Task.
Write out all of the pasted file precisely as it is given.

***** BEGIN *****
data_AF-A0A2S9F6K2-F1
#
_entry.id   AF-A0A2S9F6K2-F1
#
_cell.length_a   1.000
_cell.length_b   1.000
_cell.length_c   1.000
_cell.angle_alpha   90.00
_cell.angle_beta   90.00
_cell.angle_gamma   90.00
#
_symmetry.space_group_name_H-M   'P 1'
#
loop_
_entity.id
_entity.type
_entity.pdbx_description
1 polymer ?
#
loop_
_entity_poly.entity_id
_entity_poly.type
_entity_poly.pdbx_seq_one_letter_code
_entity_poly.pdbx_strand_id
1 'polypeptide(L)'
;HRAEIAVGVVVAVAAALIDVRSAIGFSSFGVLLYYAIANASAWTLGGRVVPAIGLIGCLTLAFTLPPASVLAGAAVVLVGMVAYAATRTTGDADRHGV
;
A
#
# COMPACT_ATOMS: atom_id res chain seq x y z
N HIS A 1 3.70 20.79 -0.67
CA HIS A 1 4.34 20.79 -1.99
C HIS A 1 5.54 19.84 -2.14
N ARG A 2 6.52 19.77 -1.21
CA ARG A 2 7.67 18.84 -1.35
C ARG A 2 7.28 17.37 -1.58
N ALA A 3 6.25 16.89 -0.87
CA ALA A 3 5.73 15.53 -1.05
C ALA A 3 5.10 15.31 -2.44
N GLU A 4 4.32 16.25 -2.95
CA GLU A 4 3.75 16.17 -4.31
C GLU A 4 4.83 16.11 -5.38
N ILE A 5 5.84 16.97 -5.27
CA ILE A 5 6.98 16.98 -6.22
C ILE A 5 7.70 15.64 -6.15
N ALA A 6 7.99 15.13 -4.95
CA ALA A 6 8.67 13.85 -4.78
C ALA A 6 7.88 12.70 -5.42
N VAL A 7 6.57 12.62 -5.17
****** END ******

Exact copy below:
data_AF-A0A2S9F6K2-F1
#
_entry.id   AF-A0A2S9F6K2-F1
#
_cell.length_a   1.000
_cell.length_b   1.000
_cell.length_c   1.000
_cell.angle_alpha   90.00
_cell.angle_beta   90.00
_cell.angle_gamma   90.00
#
_symmetry.space_group_name_H-M   'P 1'
#
loop_
_entity.id
_entity.type
_entity.pdbx_description
1 polymer ?
#
loop_
_entity_poly.entity_id
_entity_poly.type
_entity_poly.pdbx_seq_one_letter_code
_entity_poly.pdbx_strand_id
1 'polypeptide(L)'
;HRAEIAVGVVVAVAAALIDVRSAIGFSSFGVLLYYAIANASAWTLGGRVVPAIGLIGCLTLAFTLPPASVLAGAAVVLVGMVAYAATRTTGDADRHGV
;
A
#
# COMPACT_ATOMS: atom_id res chain seq x y z
N HIS A 1 3.70 20.79 -0.67
CA HIS A 1 4.34 20.79 -1.99
C HIS A 1 5.54 19.84 -2.14
N ARG A 2 6.52 19.77 -1.21
CA ARG A 2 7.67 18.84 -1.35
C ARG A 2 7.28 17.37 -1.58
N ALA A 3 6.25 16.89 -0.87
CA ALA A 3 5.73 15.53 -1.05
C ALA A 3 5.10 15.31 -2.44
N GLU A 4 4.32 16.25 -2.95
CA GLU A 4 3.75 16.17 -4.31
C GLU A 4 4.83 16.11 -5.38
N ILE A 5 5.84 16.97 -5.27
CA ILE A 5 6.98 16.98 -6.22
C ILE A 5 7.70 15.64 -6.15
N ALA A 6 7.99 15.13 -4.95
CA ALA A 6 8.67 13.85 -4.78
C ALA A 6 7.88 12.70 -5.42
N VAL A 7 6.57 12.62 -5.17